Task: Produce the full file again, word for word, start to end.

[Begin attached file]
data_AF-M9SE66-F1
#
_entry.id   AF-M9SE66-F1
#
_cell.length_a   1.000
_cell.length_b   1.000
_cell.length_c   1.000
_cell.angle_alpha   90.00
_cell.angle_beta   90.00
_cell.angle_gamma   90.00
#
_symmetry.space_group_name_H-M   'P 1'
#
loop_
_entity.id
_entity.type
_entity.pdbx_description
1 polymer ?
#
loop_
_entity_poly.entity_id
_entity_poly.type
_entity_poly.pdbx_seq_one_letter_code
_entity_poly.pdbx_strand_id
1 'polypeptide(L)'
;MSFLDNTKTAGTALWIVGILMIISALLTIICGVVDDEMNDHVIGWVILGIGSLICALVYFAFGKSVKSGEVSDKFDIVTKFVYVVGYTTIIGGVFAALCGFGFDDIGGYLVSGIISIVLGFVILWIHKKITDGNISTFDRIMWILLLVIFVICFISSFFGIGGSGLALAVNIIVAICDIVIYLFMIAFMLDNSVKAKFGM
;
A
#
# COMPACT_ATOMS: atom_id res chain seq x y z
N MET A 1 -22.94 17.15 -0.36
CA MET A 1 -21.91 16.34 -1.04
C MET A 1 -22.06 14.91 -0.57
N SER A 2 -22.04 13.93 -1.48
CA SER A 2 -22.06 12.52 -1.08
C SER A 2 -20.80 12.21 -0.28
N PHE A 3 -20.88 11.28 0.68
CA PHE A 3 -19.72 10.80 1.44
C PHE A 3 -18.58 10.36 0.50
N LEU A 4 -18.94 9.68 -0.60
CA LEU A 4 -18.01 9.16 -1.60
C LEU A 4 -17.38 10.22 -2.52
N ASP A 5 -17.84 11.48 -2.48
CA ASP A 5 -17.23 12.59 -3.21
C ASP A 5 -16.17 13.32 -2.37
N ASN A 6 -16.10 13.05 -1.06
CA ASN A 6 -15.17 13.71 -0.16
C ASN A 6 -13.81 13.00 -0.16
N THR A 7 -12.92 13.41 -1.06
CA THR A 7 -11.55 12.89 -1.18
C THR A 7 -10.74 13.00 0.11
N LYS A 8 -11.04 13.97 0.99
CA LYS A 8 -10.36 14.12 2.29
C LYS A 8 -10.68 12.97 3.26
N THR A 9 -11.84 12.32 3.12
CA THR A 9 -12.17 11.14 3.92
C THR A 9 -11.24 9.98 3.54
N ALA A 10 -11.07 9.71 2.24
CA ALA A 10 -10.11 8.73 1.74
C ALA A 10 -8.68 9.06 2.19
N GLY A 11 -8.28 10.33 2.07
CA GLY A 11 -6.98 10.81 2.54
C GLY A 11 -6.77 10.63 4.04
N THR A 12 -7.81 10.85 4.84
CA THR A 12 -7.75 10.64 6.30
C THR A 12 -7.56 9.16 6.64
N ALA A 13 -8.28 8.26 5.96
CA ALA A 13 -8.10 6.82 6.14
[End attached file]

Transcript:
data_AF-M9SE66-F1
#
_entry.id   AF-M9SE66-F1
#
_cell.length_a   1.000
_cell.length_b   1.000
_cell.length_c   1.000
_cell.angle_alpha   90.00
_cell.angle_beta   90.00
_cell.angle_gamma   90.00
#
_symmetry.space_group_name_H-M   'P 1'
#
loop_
_entity.id
_entity.type
_entity.pdbx_description
1 polymer ?
#
loop_
_entity_poly.entity_id
_entity_poly.type
_entity_poly.pdbx_seq_one_letter_code
_entity_poly.pdbx_strand_id
1 'polypeptide(L)'
;MSFLDNTKTAGTALWIVGILMIISALLTIICGVVDDEMNDHVIGWVILGIGSLICALVYFAFGKSVKSGEVSDKFDIVTKFVYVVGYTTIIGGVFAALCGFGFDDIGGYLVSGIISIVLGFVILWIHKKITDGNISTFDRIMWILLLVIFVICFISSFFGIGGSGLALAVNIIVAICDIVIYLFMIAFMLDNSVKAKFGM
;
A
#
# COMPACT_ATOMS: atom_id res chain seq x y z
N MET A 1 -22.94 17.15 -0.36
CA MET A 1 -21.91 16.34 -1.04
C MET A 1 -22.06 14.91 -0.57
N SER A 2 -22.04 13.93 -1.48
CA SER A 2 -22.06 12.52 -1.08
C SER A 2 -20.80 12.21 -0.28
N PHE A 3 -20.88 11.28 0.68
CA PHE A 3 -19.72 10.80 1.44
C PHE A 3 -18.58 10.36 0.50
N LEU A 4 -18.94 9.68 -0.60
CA LEU A 4 -18.01 9.16 -1.60
C LEU A 4 -17.38 10.22 -2.52
N ASP A 5 -17.84 11.48 -2.48
CA ASP A 5 -17.23 12.59 -3.21
C ASP A 5 -16.17 13.32 -2.37
N ASN A 6 -16.10 13.05 -1.06
CA ASN A 6 -15.17 13.71 -0.16
C ASN A 6 -13.81 13.00 -0.16
N THR A 7 -12.92 13.41 -1.06
CA THR A 7 -11.55 12.89 -1.18
C THR A 7 -10.74 13.00 0.11
N LYS A 8 -11.04 13.97 0.99
CA LYS A 8 -10.36 14.12 2.29
C LYS A 8 -10.68 12.97 3.26
N THR A 9 -11.84 12.32 3.12
CA THR A 9 -12.17 11.14 3.92
C THR A 9 -11.24 9.98 3.54
N ALA A 10 -11.07 9.71 2.24
CA ALA A 10 -10.11 8.73 1.74
C ALA A 10 -8.68 9.06 2.19
N GLY A 11 -8.28 10.33 2.07
CA GLY A 11 -6.98 10.81 2.54
C GLY A 11 -6.77 10.63 4.04
N THR A 12 -7.81 10.85 4.84
CA THR A 12 -7.75 10.64 6.30
C THR A 12 -7.56 9.16 6.64
N ALA A 13 -8.28 8.26 5.96
CA ALA A 13 -8.10 6.82 6.14